'Mission 24' returns for 2020 with a new challenge
You've been working from home for months ... now it's time to race from home
Race organisers Wee Run Events have opened entries to the second edition of their time-limited challenge, ‘Mission 24’.
The task set in the 2020 version of the event is straightforward: to run as far as you can away from a start point of your choosing in the first 12 hours, which start at noon on Saturday, 19 December.
At midnight on 20 December, your location will be recorded, and from that point, you’ll have the next 12 hours to run back to where you started.
Anyone making it out and back within the 24-hour timeframe will have completed the run. The winner will be the person who makes it the furthest away from their start point, as the crow flies.
As experienced race organisers, Ben Finch and Nic Crossley are well aware that the rules surrounding travel and event size could change at any moment, and have designed Mission 24 2020 accordingly. With runners choosing their own start points and no group or even waved starts, any future local lockdowns or social distancing restrictions shouldn’t pose too much of a problem.
Finch told runABC Scotland online: “We like to think of this as a ‘remote’ race rather than a ‘virtual’ one. The clock starts for everyone anywhere in the country at the same time, so there is ‘real time’ competition.”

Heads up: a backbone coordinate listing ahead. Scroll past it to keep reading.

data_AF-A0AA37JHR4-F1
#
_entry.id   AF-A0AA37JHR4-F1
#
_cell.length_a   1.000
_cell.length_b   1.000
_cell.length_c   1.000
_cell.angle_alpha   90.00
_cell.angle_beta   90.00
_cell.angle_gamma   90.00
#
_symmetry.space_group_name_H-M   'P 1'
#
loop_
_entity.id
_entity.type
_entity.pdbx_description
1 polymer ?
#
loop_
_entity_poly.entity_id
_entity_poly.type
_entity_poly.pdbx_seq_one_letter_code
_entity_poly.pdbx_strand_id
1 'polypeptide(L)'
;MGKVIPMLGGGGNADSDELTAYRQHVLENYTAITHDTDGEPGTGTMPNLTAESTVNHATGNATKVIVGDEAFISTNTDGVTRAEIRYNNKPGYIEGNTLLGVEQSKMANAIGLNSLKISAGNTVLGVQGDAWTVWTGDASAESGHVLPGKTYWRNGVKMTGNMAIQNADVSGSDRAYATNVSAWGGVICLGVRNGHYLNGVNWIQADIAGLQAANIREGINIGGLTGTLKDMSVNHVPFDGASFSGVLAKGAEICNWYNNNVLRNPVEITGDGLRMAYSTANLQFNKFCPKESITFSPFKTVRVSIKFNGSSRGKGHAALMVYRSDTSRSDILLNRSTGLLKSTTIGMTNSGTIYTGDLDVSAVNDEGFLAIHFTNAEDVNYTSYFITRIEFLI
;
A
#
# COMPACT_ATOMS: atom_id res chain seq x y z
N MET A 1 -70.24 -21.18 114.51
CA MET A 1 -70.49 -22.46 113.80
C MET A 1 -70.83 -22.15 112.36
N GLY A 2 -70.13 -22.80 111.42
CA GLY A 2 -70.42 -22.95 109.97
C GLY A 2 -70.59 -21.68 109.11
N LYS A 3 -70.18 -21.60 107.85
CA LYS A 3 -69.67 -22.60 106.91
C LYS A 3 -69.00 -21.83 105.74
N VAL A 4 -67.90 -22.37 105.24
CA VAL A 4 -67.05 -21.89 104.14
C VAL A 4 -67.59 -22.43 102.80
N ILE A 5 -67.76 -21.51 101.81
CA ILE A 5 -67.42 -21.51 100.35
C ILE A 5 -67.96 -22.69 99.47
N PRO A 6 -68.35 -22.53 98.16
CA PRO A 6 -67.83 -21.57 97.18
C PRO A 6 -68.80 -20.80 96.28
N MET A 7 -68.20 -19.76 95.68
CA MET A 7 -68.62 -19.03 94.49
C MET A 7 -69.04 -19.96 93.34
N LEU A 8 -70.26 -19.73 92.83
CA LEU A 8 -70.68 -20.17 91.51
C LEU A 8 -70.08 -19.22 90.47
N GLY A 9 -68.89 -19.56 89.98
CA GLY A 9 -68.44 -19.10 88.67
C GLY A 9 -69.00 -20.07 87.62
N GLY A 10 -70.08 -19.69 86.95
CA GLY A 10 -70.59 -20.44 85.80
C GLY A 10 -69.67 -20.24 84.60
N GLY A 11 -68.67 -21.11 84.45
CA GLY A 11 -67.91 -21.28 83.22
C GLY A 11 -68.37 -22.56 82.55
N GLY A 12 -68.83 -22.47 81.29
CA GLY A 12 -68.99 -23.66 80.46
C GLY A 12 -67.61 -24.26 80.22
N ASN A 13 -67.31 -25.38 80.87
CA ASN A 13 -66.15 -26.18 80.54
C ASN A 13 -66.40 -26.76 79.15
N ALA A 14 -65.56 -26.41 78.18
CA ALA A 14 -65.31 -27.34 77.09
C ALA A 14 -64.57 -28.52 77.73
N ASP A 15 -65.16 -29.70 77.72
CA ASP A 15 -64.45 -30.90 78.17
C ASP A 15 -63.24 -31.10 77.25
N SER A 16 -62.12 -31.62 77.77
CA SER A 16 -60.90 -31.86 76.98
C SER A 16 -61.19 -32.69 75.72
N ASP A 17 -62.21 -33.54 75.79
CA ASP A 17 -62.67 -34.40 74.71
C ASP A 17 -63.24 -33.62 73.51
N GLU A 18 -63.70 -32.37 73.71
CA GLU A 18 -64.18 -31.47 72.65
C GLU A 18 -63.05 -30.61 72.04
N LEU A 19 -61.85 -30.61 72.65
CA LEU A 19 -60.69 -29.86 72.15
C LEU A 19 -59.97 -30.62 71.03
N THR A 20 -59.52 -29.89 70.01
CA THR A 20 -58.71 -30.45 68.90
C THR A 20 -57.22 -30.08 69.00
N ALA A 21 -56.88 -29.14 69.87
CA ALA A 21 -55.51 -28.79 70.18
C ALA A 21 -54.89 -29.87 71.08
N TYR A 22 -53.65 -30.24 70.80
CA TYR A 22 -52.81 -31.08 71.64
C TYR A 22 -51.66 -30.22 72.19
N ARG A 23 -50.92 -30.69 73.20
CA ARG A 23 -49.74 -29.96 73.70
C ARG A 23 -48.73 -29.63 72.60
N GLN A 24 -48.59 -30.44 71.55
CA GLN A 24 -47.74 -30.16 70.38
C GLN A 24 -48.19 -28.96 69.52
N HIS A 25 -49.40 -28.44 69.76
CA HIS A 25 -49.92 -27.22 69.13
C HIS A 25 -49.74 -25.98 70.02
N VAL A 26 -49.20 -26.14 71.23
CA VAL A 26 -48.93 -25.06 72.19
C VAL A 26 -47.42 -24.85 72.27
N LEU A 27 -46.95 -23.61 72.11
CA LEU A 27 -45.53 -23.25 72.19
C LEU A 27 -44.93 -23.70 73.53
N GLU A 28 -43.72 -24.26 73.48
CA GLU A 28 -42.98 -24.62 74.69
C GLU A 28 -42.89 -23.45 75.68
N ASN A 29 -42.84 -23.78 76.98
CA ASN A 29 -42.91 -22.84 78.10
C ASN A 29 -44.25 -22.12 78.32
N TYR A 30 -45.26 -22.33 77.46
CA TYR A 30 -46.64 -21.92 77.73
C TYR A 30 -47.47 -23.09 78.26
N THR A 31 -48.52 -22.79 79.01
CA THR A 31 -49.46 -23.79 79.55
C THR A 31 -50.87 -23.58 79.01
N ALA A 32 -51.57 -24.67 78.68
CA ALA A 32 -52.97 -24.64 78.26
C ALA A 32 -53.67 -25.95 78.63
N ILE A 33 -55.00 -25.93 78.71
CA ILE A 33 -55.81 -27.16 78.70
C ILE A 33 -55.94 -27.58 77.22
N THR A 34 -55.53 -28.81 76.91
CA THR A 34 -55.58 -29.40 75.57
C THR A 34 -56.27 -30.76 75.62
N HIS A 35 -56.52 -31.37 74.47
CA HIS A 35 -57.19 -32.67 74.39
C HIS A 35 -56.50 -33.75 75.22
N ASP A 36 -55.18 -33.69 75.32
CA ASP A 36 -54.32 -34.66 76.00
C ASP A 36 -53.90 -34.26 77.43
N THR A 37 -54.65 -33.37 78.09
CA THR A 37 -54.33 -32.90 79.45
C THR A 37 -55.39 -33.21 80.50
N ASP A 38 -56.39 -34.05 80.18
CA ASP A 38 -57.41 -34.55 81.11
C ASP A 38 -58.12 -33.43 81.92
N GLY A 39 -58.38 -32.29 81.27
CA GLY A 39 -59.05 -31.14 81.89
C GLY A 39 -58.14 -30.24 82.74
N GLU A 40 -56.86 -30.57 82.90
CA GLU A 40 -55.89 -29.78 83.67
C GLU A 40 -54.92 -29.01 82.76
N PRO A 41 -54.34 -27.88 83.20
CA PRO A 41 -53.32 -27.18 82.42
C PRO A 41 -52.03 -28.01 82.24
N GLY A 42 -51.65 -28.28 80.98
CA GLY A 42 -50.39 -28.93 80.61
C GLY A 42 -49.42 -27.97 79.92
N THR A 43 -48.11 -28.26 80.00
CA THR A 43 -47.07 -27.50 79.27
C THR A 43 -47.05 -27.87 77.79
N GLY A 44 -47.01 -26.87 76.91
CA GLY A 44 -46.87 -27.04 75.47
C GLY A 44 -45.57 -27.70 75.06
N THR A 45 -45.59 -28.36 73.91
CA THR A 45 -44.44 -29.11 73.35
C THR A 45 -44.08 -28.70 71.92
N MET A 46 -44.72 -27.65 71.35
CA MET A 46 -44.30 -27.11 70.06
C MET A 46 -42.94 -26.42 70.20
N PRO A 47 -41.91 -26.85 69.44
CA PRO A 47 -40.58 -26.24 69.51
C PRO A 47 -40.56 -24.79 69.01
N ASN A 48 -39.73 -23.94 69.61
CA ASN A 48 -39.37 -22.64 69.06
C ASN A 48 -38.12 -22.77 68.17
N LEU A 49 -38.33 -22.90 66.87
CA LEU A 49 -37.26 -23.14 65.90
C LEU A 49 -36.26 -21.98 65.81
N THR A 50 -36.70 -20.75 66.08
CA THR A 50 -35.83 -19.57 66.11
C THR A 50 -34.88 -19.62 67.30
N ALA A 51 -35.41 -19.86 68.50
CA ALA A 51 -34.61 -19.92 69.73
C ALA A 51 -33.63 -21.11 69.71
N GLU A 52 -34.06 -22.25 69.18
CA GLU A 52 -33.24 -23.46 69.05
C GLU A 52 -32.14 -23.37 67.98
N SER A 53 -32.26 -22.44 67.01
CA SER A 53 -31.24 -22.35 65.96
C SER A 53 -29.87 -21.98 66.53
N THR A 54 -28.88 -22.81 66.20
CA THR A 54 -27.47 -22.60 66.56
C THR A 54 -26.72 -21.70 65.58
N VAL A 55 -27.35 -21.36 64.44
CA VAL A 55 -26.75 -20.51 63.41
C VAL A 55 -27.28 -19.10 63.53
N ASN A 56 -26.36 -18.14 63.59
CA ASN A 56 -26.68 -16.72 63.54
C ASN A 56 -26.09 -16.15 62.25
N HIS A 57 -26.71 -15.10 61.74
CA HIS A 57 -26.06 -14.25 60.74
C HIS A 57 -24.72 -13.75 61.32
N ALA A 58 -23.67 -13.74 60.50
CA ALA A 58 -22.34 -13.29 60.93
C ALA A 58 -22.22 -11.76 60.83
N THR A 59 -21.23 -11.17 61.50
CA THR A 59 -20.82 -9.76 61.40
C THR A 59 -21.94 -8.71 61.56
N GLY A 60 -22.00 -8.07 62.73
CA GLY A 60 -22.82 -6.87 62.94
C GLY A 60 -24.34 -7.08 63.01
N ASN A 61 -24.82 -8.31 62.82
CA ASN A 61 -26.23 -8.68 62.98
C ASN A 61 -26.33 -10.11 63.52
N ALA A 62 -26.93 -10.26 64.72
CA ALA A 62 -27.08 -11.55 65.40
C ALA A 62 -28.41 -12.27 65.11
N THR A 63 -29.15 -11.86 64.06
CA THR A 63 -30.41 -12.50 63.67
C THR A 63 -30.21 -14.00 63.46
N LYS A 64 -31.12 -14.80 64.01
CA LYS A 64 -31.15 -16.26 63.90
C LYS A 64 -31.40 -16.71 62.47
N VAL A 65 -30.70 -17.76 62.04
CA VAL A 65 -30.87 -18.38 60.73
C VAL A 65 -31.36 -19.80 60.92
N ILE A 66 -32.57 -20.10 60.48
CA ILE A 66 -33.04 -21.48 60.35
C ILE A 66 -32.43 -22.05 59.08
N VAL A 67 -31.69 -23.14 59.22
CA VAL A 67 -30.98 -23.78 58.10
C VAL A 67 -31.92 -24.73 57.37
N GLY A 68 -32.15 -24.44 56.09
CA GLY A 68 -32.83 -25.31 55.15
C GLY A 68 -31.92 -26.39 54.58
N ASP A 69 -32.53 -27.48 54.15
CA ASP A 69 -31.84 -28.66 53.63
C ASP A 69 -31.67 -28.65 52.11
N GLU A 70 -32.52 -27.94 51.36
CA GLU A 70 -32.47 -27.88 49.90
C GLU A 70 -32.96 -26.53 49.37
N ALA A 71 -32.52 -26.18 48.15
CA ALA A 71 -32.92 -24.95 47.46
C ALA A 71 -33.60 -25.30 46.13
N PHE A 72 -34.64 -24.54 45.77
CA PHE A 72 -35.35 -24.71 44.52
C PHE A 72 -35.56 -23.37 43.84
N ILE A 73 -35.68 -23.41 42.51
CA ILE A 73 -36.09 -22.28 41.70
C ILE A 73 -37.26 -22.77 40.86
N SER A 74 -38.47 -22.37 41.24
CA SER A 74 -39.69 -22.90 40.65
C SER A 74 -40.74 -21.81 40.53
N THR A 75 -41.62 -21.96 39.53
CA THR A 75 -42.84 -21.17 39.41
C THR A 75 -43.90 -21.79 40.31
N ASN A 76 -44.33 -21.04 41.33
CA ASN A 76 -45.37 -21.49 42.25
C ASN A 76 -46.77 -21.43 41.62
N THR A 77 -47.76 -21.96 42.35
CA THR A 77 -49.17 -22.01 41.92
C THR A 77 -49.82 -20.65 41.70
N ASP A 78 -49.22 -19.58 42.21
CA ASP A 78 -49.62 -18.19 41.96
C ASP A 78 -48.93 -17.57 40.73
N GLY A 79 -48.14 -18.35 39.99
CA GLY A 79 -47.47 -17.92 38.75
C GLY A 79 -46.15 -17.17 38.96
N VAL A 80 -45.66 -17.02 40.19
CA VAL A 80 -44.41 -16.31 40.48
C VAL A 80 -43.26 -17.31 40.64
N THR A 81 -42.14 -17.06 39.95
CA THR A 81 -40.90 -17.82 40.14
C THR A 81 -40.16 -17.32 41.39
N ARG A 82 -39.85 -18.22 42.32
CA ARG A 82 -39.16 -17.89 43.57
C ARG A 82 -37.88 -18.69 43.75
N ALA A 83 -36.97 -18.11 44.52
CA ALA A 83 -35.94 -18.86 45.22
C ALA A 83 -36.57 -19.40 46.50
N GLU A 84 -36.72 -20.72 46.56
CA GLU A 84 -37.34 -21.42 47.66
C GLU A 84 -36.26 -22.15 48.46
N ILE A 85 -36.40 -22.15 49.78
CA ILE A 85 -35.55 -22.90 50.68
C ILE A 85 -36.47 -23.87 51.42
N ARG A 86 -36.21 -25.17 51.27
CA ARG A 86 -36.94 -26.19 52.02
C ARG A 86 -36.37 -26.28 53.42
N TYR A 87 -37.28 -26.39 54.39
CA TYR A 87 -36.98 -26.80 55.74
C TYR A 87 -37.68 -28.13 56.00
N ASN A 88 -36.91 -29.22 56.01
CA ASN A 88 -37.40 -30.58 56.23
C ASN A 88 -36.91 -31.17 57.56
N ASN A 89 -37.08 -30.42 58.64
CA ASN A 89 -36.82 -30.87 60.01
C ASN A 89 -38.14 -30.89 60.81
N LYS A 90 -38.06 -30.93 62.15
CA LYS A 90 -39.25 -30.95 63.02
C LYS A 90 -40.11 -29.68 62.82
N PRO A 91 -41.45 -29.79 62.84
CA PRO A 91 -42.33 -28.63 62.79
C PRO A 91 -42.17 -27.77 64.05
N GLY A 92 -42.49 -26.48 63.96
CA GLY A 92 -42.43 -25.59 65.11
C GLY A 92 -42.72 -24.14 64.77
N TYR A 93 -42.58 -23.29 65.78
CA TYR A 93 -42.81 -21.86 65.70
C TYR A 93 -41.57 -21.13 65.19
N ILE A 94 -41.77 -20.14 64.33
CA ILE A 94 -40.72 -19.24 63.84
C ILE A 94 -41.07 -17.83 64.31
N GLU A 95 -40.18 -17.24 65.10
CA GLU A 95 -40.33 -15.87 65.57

As Crossley says, planning will be key to doing well. “We expect participants to do quite a bit of planning, as there are so many ways they can approach this challenge. Runners could drive out to a start point, run, then sleep at home – or a friend’s house if allowed – through the 12 hour mark at midnight … then head out back to where they started. Or they could run straight through, and not sleep at all.”
And while runners taking on Mission 24 certainly have the freedom to run long distances, the event isn’t targeted just at ultrarunners.
As Crossley explains, “Unlike a lot of virtual challenges out there at the moment, Mission 24 2020 really isn’t about distance run. It’s about distance from your start point. Running miles and miles around your garden might be enough to complete other challenges, but it won’t give you any distance at all from your start point – which is what this event is all about.”
She adds: “As they’re in charge of their own start and end points, runners don’t have to take on huge distances if they don’t want to. A runner could do the first part of a half marathon, say, before midnight and the second after. It’s up to them. But they’ll certainly need to think carefully about their routes, especially if they plan on running in hilly areas.
“They shouldn’t forget that they’ll need to come back over the hills too!”